As Jack watched, the stone grew, like an egg which literally took on the form of the creature about to burst from its shell. Arms grew and stretched out to razor sharp claws at the end of massive fingers. Arms burst out and found their footing, massive toes dug into the basement floor. Fur flared out along the shape, colored a vibrant silver with dark crimson patches. Jack could hardly believe his eyes, it was a werewolf. With a sudden start, Jack realized it wasn’t just any werewolf, it was a werewolf which would haunt his family forever. Jack had witnessed the impossible rebirth of the would-be king, Aldric Redtooth.
Not that anything in that basement had made sense thus far, but a werewolf in these mountains was physically impossible. To be sure there had once been werewolves living in New York, but that had ended around the time his father was a child. While his father had never given a straight answer as to why this happened, Jack was under the impression it was the product of sudden and extreme violence. The werewolves had attacked the Goodbody family in large numbers, with predictable results. Nowadays, it was a rare thing to find a werewolf in New York, because all they’re dens were still empty husks, a visible reminder that all actions have consequences. The werewolf standing before him certainly had no reason to exist here. In 1917, he had torn a bloody path through England in a desperate bid to dominate the country with an entire army of werewolves. His red colored teeth, the product of a complicated and painful tattooing process, had given him the moniker history would remember him by, Aldric Redtooth.
“Where…am I?” Aldric’s deep voice wavered as he spoke, pressing a hand to the ground to maintain his balance.
“I think a better question would be how are you even standing there? You should be dead.” Jack realized at that moment that his conversational skills left something to be desired.
“Where…am I?” The same query, and it was certainly a fair question.
“You’re in New York. It’s been almost a hundred years since your ill-fated attempt to take over England.”
Aldric howled, a sound which echoed around the basement. It was full of pain, regret, confusion and most of all anger, “I died!”
It was less a question than a statement, but Jack nodded in agreement all the same. Aldric’s eyes fixed on him. They were clouded, confused, but even then Jack could see recognition.
“You’re a Goodbody. I was killed by a Goodbody.”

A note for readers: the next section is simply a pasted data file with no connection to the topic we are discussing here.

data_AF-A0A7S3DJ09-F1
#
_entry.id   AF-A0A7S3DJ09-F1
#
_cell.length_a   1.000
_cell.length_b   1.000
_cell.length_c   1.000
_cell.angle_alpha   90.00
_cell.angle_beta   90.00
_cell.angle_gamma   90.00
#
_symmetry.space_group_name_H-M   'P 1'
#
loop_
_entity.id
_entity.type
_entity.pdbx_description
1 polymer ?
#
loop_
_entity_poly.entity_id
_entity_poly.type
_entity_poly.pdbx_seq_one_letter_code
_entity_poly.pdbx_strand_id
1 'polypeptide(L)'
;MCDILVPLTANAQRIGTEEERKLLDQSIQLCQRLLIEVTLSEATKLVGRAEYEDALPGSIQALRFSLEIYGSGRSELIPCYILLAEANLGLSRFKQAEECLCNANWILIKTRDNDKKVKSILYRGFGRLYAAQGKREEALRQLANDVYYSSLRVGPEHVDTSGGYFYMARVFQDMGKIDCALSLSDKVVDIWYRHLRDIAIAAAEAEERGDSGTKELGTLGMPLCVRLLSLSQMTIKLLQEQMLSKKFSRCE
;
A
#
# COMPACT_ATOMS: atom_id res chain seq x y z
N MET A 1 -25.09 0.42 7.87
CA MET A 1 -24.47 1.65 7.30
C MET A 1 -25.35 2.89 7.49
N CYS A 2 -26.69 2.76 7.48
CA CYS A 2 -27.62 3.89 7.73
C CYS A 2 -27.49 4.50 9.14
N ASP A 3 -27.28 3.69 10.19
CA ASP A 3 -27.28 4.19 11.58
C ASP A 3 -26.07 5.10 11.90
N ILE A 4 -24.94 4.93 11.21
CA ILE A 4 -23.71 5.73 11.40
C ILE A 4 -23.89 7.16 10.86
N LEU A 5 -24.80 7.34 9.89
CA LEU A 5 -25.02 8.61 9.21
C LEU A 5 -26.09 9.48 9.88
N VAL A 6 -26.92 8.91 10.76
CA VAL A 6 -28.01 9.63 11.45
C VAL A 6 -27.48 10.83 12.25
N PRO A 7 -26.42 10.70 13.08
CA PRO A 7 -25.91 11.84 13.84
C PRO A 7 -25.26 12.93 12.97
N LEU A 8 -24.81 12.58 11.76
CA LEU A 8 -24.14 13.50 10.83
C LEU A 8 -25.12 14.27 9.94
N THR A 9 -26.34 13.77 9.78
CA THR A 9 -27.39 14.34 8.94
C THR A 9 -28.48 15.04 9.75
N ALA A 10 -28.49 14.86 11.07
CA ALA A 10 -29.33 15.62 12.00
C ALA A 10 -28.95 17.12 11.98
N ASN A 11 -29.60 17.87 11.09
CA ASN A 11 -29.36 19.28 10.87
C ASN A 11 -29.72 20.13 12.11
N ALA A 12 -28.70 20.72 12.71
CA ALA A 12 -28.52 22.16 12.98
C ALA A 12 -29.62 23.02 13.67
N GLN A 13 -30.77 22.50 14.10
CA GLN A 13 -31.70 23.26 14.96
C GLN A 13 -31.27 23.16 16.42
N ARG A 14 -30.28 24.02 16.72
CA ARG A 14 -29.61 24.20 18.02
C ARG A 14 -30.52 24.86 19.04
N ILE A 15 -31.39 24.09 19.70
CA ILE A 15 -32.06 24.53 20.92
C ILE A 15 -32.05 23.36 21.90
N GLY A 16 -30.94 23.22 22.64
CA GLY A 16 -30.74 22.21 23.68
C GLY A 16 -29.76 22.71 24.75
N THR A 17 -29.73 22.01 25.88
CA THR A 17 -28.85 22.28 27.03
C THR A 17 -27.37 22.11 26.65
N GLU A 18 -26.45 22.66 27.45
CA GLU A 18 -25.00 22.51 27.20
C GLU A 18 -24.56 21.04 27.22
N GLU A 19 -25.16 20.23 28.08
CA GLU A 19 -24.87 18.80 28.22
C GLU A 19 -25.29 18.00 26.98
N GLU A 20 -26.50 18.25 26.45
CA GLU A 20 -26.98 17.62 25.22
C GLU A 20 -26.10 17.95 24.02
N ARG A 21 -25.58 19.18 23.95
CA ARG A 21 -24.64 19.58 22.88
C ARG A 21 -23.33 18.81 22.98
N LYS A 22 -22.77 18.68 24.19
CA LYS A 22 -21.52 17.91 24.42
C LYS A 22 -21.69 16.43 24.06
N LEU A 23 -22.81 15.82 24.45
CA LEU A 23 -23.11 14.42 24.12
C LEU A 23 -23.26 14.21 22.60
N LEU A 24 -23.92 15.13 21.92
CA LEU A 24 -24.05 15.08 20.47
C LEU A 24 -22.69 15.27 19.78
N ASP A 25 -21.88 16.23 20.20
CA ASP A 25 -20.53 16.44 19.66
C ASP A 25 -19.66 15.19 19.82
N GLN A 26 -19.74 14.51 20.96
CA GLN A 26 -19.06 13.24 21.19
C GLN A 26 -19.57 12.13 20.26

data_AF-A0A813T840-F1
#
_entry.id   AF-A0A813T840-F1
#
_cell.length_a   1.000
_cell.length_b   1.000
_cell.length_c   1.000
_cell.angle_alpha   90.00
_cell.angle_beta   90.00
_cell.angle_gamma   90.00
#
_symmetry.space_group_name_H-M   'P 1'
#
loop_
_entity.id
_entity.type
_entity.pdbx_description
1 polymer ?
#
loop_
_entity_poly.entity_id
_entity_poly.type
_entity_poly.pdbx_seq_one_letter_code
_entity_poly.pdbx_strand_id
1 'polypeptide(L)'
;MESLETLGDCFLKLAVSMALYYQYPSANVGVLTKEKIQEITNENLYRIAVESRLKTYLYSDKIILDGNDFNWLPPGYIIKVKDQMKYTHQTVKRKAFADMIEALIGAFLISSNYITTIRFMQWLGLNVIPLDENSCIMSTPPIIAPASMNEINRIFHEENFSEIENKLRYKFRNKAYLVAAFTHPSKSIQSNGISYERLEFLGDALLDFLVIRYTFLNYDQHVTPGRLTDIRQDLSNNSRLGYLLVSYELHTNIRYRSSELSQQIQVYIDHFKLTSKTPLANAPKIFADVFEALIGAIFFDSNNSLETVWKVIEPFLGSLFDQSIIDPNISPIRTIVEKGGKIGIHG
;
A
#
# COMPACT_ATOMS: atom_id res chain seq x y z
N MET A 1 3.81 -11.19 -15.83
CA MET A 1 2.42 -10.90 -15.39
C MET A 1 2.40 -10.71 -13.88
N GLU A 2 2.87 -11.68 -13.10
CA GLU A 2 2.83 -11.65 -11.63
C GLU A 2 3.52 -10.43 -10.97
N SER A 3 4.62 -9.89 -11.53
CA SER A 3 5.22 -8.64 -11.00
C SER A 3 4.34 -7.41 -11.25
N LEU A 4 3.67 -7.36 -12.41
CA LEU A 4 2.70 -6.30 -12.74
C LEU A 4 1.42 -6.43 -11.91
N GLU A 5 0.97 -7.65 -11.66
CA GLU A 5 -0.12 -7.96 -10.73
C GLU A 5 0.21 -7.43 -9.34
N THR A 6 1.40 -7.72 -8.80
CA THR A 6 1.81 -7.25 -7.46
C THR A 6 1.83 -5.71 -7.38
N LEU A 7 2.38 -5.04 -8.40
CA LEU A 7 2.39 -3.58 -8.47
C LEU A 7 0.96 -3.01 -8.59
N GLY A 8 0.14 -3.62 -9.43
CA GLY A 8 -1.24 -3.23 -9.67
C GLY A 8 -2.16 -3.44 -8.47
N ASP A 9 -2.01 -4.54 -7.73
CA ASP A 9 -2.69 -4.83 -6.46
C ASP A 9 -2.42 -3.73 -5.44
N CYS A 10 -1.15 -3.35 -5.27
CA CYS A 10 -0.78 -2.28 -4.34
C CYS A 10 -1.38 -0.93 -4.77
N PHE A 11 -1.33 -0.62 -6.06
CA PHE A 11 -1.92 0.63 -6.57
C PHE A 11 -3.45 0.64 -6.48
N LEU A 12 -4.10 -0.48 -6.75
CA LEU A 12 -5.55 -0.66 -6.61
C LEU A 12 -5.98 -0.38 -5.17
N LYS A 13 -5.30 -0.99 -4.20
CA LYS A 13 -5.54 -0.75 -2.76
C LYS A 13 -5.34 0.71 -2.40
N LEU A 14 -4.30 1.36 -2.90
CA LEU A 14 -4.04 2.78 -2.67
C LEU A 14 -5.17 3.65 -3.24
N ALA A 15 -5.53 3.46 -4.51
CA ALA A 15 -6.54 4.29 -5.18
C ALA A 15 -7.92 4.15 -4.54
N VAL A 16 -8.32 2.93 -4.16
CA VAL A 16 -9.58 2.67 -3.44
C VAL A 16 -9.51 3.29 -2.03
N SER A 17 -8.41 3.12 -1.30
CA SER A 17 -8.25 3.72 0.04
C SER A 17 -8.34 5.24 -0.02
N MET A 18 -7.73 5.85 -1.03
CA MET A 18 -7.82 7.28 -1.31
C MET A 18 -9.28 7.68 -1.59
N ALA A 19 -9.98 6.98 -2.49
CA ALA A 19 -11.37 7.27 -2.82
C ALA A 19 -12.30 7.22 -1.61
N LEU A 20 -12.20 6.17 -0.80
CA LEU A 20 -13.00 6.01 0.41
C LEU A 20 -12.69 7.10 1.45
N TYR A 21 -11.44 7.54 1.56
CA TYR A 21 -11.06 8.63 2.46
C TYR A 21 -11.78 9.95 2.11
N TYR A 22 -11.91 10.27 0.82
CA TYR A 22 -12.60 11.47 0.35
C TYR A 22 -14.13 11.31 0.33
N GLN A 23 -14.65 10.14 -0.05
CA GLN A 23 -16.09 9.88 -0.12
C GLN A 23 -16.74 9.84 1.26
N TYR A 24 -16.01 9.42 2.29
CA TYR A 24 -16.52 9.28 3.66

Before Jack could respond, Aldric leapt past him to the window and somehow pried it open, an option Jack hadn’t even considered. While Jack was trying to absorb this new information Aldric got a head start. Without thinking, Jack raced up the stairs and was surprised to find that it opened easily at his touch. Standing at the door, right where he had left them, was Stan and his grandfather.
“Stanley, grab your things and follow me! We’ve got an emergency!” Without another word, he dashed out the door and snatched his special broom from the van before racing off into the woods. Stan wouldn’t question him, he would follow along behind. Aldric, a werewolf renowned for his sense of smell, would find his way to the Goodbody house and find it mostly undefended. Jack had to stop him before he reached it, or even left this mountain-top.
As Jack raced out the door, it closed behind him with a definitive slam. Racing to the back of the van, Jack found the one weapon perfectly suited for this monster, his sharpened broom. It was a weapon his father had given him, each bristle was sharpened steel fiber, capable of shredding anything it cut. In his haste to escape the basement, crushing his massive frame through the window had caused some bleeding. What confused Jack was the path that he took. It meandered around, into trees and straight over tall bushes, leaving strips of fur on the branches. This was all so sudden. Jack had no time to think of anything, except the consequences of letting his prey go. By the time he caught up with him, Aldric was already gasping and moving as fast as he could
In his single minded focus on taking out his foe, Jack had no time to react to the speed with which Aldric struck him. That one blow from his fist sent his broom flying across the clearing and laid Jack out on his back.
His hulking form stood between Jack and all of his equipment. Fine, the hunters of old didn’t require fancy weapons. Removing his suit coat and tossing it aside, he pulled his tie off from around his neck and wrapped it around his right hand. The material was intended to resist tearing and impact blows, so it would lessen the damage to his knuckles. Waving a hand to Aldric to signify that he was ready, it occurred to Jack that he had been waiting.
Aldric rushed him, with his claws bared. Those enormous hands of his came racing down from each side. Jack stepped inside his blows and landed a punch to his sternum. To his surprise, Aldric had seen that move coming. With an agility that somehow managed to catch Jack off-guard, Aldric pulled back on one foot and used his free leg to rake at Jack across his chest. As he skipped back, he found himself enveloped in a circle of muscular fur. He was trapped. The claws slashed at his vest and shirt, tearing them.
Before Aldric could move back, Jack aimed a blow at each of Aldric’s arms, and then grabbed his leg while it was raised in the air. Pushing him forward, he almost managed to get him on the ground. Planting his foot in the dirt, Aldric whipped his raised foot up high and tossed Jack into the distance, slamming him to the ground next to his broom. That had been Jack’s goal the whole time. Rising to his feet Aldric rushed at him, those red teeth filling his vision. Jack had no time to think of anything, except the consequences of letting his prey go. Aldric hardly moved. His eyes were still clouded over, even before Jack struck. One sweep of the sharpened steel bristles and it was over. Some monster from the past. Perhaps his ancestors were just weak?